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Transformers have nothing on DNA, which can morph to be one billionth of its size

Kind of like Transformers, DNA strands can rearrange and turn themselves into much smaller chromosomes.

By Elizabeth Rayne
Liz DNA structure GETTY

Optimus Prime and his Autobots might be able to turn into cars — or something else more compact than giant robots — but human DNA can beat even them.

Something must have evolved to be eerily similar on Earth and Cybertron. Our DNA forms in strands up to 6 feet long, but when cells divide, they can transform into something much more compact by packing themselves into 3D chromosomes one billionth their size. The mechanism behind this was unknown until now, but it was suspected there was no way cells would be able to divide without damaging genetic information unless the strands morphed.

If all your DNA was stretched into space, it would go on and on for 67 billion miles, and probably run into a random exoplanet. How it did this without getting tangled was a mystery, but physicists at POSTECH found out how it can pull this off by analyzing it with a synchrotron. In a synchrotron, electrons create extremely bright light when they are bounced off magnetic fields, light bright enough to study DNA performing the type of stunt otherwise seen in Transformers.

"Remarkable accuracy of compacting…DNA into a micrometer-scale object, and the reverse, makes the chromosome one of the most intriguing structures from both physical and biological viewpoints," the researchers said in a study recently published in PNAS.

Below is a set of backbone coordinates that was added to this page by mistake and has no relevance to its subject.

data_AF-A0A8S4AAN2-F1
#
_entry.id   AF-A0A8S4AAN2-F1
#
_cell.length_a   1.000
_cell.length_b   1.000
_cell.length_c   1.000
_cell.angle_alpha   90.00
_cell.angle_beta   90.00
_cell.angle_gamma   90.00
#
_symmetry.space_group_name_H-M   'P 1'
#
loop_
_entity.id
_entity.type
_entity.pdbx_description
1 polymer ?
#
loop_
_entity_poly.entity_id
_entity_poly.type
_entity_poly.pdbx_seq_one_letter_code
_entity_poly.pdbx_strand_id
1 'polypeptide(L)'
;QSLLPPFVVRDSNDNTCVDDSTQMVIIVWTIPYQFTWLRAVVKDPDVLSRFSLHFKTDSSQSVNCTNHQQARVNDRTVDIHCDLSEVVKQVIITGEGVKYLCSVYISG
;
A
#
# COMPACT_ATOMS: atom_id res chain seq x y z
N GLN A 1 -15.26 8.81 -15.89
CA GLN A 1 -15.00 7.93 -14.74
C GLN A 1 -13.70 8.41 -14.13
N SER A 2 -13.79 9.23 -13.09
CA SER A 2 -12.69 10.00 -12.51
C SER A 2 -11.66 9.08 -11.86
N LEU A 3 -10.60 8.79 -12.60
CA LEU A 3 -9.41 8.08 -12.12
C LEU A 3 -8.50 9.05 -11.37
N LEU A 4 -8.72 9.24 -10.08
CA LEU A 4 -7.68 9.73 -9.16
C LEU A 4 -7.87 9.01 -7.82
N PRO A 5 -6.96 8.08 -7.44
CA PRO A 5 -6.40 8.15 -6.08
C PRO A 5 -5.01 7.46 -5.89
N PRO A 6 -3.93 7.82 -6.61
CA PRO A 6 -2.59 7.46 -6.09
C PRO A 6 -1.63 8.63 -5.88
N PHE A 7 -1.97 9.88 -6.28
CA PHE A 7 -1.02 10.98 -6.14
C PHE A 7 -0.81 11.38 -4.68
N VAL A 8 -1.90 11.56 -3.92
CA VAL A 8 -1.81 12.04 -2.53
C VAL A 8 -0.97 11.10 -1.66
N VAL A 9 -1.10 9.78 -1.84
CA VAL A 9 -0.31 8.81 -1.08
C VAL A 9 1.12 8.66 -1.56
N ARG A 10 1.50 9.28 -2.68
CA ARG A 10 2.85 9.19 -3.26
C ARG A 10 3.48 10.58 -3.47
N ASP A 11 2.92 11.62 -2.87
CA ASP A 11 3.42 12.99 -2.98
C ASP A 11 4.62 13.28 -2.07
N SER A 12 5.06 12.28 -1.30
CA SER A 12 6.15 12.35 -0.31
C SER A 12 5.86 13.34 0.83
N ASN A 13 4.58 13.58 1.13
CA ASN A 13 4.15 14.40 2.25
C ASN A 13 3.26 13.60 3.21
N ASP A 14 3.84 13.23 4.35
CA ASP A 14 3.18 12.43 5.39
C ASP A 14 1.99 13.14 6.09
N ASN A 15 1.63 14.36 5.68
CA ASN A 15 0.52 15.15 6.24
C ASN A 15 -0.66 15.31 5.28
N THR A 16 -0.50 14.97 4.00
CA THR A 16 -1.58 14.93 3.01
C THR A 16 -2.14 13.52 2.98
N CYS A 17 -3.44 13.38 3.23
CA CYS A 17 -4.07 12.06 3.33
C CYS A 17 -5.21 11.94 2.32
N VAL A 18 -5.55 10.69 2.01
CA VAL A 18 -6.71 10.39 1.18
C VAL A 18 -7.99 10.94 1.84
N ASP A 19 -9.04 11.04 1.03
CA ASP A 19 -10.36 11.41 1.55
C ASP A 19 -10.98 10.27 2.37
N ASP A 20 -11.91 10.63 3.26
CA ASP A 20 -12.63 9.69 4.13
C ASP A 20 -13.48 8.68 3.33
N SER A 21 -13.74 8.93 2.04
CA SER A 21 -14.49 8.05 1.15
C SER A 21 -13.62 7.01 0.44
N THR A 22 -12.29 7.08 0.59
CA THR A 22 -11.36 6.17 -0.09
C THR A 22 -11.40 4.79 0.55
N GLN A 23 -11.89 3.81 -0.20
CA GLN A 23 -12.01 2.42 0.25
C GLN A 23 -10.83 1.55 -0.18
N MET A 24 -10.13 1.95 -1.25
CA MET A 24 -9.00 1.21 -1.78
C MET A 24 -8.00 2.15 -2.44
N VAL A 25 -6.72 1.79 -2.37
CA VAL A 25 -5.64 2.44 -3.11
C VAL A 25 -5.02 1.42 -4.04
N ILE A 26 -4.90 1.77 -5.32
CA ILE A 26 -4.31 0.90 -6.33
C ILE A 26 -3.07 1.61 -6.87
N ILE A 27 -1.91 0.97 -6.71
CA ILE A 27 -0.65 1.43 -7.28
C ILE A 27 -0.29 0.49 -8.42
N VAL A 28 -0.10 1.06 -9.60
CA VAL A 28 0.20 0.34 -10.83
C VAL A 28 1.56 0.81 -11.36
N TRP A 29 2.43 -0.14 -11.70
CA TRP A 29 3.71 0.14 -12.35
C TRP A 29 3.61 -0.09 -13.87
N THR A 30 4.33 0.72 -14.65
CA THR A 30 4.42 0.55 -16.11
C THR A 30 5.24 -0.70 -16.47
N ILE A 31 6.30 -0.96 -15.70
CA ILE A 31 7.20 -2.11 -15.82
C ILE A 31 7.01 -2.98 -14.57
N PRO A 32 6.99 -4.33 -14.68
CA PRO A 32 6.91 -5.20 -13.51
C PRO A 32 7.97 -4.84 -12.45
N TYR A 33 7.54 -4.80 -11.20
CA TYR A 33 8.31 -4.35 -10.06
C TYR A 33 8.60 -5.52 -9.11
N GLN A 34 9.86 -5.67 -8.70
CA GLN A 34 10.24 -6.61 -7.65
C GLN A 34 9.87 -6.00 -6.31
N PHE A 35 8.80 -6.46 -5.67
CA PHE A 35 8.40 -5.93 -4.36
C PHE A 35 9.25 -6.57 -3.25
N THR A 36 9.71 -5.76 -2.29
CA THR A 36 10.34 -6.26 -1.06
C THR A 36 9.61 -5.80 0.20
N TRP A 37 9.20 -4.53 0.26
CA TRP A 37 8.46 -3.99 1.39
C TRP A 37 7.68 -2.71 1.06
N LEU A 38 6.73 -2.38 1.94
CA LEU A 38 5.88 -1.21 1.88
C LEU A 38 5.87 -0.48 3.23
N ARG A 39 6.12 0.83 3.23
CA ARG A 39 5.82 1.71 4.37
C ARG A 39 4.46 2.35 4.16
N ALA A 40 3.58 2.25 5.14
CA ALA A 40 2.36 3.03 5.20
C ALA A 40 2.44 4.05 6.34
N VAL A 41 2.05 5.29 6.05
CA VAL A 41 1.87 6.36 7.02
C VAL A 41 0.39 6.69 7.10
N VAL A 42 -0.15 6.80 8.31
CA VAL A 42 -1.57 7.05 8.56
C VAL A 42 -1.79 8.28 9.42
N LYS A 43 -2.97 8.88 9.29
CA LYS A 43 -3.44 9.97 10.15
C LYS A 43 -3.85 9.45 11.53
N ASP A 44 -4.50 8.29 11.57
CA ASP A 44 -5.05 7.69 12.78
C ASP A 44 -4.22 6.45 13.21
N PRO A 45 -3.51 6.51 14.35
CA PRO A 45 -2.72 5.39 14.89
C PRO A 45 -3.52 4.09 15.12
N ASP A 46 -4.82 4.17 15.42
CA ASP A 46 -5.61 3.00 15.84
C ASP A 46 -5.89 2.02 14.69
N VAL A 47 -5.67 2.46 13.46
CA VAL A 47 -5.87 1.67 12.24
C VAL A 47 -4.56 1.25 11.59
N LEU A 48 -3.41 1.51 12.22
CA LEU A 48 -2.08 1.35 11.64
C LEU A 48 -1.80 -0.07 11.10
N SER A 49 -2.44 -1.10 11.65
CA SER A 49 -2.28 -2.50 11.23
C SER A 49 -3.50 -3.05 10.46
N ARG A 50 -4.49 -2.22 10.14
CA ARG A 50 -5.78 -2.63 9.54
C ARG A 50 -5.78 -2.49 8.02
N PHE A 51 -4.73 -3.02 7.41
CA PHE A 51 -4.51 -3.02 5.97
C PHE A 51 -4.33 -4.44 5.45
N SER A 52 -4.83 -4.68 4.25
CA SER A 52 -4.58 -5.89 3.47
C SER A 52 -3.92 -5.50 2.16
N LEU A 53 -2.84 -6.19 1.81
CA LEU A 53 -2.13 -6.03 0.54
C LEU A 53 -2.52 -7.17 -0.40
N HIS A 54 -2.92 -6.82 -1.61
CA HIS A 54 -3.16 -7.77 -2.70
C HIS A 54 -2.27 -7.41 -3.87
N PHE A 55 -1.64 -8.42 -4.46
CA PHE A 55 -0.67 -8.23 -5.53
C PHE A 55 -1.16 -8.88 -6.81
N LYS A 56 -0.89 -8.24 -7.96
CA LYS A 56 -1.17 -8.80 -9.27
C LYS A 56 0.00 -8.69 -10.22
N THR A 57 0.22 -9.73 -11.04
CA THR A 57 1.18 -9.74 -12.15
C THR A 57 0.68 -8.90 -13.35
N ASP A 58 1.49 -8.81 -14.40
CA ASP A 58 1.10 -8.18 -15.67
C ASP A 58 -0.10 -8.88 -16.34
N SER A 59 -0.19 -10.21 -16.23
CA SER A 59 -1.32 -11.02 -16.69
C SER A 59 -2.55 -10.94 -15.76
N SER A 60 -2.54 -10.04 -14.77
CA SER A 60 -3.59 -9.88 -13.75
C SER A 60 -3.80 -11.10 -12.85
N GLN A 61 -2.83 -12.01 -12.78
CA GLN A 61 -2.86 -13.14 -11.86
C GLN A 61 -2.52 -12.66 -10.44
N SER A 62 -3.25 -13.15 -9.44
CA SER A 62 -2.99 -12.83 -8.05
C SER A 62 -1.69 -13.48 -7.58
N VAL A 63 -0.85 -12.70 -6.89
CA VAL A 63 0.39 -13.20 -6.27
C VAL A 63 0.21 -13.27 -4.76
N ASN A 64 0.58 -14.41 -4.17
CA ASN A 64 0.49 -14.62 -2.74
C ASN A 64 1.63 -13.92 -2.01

The answer to how DNA can get away with packing itself into the nanostructures otherwise known as chromosomes eluded scientists for decades. Catching a glimpse of the chromosomes acting as they normally would (without modifying them in any way) was nearly impossible. What finally worked was hydrating and then flash-freezing the chromosomes before observing them with the synchrotron’s powerful X-rays. With this method, they were finally able to observe chromosomes going about their business as tiny versions of morphing mega-bots.

What the team discovered was that chromosomes didn’t form the same structure they expected. DNA was previously assumed to pack itself into a hierarchal structure, with three levels of chromatin (the stuff in a chromosome made up of DNA and protein) that kept increasing in size. Instead, DNA revealed itself to have a fractal structure. Anything with this kind of structure is made of parts with the same characteristics as the whole. The same patterns keep recurring at smaller and smaller scales, much like they do in crystals. They can literally go on forever.

When a strand of DNA starts to convert itself into a much smaller form, it wraps around histones, protein molecules that structurally support chromosomes. This creates a DNA-protein loop or nucleosome. Nucleosomes are then packed into chromatin, which is then further packed into a smaller structure and…you see where this is going. The remarkable thing is that DNA strands never tangle. This makes it possible for scientists to reach whatever region they want to transcribe and get the information they need without wrecking the entire thing.

So it looks like Optimus Prime, Bumblebee, Ratchet, and the rest have been out-transformed by a molecule that their alien robotic vision would never be able to see.